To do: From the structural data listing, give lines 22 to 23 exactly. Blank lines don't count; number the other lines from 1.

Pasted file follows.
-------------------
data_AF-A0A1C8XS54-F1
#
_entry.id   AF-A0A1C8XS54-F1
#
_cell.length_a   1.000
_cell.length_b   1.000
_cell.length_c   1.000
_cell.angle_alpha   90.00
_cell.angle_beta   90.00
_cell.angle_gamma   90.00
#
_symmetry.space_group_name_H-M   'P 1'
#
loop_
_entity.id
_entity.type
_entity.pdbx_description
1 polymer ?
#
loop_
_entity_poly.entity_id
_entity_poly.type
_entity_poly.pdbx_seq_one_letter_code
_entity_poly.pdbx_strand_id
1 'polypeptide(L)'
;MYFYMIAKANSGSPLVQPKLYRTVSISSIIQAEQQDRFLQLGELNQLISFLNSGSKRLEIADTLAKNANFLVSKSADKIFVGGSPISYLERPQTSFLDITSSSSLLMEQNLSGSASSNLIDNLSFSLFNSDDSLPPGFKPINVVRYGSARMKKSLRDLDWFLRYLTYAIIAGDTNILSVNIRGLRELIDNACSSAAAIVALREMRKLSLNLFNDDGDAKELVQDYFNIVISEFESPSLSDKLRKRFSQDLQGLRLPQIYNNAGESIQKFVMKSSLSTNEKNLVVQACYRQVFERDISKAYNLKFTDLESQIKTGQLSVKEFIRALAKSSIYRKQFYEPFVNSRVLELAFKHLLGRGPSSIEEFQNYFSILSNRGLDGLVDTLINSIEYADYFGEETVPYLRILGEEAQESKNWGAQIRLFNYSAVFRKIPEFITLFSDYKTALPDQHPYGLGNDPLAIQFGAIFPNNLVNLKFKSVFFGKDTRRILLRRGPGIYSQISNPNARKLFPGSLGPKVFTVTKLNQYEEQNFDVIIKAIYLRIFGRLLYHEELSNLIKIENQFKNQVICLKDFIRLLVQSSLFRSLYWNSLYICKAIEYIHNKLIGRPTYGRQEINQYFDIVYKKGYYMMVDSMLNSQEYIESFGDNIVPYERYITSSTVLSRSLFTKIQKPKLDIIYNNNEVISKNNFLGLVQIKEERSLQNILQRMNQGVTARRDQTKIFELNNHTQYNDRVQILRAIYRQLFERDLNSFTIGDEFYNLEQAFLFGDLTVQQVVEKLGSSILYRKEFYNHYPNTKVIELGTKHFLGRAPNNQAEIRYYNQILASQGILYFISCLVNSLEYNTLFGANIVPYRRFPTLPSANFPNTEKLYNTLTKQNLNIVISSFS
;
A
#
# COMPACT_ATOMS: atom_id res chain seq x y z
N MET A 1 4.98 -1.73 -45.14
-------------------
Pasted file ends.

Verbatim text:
_entity_poly.type
_entity_poly.pdbx_seq_one_letter_code